Text editors are a favorite of many web writers and all of the following offer plenty of great features and are absolutely free.
Notepad++. Windows users will enjoy this popular replacement for Notepad.
Bluefish. Specifically designed for programmers and web designers, Mac users will want to check out this text editor.
DarkCopy. This text editor removes any distractions and lets you focus solely on writing with its full-screen mode.
Q10. Another full-screen online text editor, this one also offers options such as spell check, an alarm, typing sound, and keeps a real-time account of word, page, and character count.
Crimson Editor. Give this free app a try if you are looking for a replacement for Notepad.
EditPlus. This text editor is also an HTML editor with plenty of features.
Komodo. Choose this text editor for simplicity as well as the helpful project manager feature.
Writing and Notetaking Apps
If you need a place to keep all your notes and ideas together or you need a bigger place for entire projects, the following apps are sure to provide what you seek.
Zoho Notebook. With capabilities for integrating audio, video, HTML, URLs, files, and much more, you will love what you can do with Zoho Notebook. Tools include line, text, freehand, and shapes.
Evernote. This popular note-taking app is an excellent way to keep track of your ideas and allows you to type in text, take a photo with your phone, and grab information from the Internet.
Google Notebook. Google’s web-based document app also has access to Google searches, Google Bookmarks, a rich-text editor, and labels.
WebAsyst Notes. Create notes and then organize them in folders, share with clients, or access other services such as photo storage, manage projects, and more.
UberNote. UberNote allows you to email or IM notes and bookmark and also allows access from your desktop or your mobile phone.
Jott. Call a number to leave yourself a note, add an appointment to your calendar, and even have your voice mail transcribed with this simple alternative to writing down notes.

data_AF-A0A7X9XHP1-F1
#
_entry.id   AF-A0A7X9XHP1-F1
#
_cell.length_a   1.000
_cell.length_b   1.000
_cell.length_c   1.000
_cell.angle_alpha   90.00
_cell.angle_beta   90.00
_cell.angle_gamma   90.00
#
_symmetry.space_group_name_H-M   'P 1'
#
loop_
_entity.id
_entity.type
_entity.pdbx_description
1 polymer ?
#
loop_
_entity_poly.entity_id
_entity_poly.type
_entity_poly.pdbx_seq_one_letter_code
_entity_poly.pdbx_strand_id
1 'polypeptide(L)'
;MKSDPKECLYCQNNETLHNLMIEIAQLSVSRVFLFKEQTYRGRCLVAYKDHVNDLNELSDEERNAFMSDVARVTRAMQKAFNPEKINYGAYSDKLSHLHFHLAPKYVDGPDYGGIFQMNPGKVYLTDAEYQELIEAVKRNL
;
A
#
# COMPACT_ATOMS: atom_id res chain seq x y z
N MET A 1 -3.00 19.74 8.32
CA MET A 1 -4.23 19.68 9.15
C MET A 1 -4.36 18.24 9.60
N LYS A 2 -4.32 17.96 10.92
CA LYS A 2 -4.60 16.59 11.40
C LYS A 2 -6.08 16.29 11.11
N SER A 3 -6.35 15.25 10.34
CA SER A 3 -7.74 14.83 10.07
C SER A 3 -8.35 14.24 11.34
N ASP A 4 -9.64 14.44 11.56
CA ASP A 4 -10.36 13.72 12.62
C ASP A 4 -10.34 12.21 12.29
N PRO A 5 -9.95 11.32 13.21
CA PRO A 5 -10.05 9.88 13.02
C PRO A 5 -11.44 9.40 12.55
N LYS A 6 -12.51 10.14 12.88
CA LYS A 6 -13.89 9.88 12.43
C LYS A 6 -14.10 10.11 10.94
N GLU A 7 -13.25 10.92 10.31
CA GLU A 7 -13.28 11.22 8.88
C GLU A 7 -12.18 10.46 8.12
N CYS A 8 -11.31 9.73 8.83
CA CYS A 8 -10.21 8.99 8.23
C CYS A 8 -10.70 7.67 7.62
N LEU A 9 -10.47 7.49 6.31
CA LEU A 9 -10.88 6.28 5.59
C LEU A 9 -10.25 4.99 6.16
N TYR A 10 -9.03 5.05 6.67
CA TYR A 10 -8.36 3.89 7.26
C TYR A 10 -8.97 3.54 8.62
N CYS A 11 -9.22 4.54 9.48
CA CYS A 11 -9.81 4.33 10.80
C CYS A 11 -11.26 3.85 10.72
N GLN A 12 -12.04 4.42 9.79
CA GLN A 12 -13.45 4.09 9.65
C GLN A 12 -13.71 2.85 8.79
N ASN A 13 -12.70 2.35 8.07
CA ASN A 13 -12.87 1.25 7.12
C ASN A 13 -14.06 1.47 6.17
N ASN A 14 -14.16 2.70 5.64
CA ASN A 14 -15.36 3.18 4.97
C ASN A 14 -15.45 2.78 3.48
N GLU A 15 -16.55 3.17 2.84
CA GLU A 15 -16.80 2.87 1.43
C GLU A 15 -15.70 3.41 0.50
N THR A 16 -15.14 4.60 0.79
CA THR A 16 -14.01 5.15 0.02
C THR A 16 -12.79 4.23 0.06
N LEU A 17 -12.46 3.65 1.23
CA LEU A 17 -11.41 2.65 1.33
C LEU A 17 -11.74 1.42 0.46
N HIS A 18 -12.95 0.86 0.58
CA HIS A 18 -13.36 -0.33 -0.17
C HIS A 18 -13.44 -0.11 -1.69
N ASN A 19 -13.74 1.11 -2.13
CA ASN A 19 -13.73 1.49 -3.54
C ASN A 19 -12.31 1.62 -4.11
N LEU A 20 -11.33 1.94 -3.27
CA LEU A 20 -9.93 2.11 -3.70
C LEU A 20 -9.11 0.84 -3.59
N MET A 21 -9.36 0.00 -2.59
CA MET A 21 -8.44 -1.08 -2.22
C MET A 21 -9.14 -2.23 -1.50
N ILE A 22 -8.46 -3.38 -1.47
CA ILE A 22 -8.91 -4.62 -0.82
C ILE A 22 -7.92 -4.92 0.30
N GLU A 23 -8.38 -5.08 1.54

FruitNotes. This online notebook offers plenty of useful features including leaving voice notes from your phone, uploading photos and videos, and online sharing.
Wridea. Write down what you need to remember with this app, then edit, categorize, and even share your notes with others.
Notefish. An excellent way to save examples of promising websites, use this app to save web content, then organize and share your notes as you like.
Notezz!. Keep all your notes in one place without any complicated features with this simple note-taking app.
Web Development Apps
If creating websites is part of your web writing, then you will love these apps that help you get sites created quickly and easily, manipulate images, find free photos, and more without needing a technical background.
KompoZer. This WYSIWYG alternative to Dreamweaver allows you to easily design websites without knowing HTML.
pForm. Create an HTML form quickly and easily with this app.
WebGraphicsMaker. Easily create backgrounds, lines, and bullets for your websites with this app.
Gimp. Try using this image manipulation software as a free replacement for Photoshop. It has layers, channels, paths, and plenty of painting tools.
Picnik. Edit photos and get creative with all the tools available on this free app that works right in your browser.
Splashup. Edit and manage your photos with this free browser-based app that is modeled after Photoshop.
morgueFile. Get free stock photography here to use on your websites.
Website Grader. Plug in the URL of the site you are developing to this tool to get an SEO report grading marketability and more and even find out how the site matches up to its competitors.
FreeZip. Compress or decompress those large files with this free app.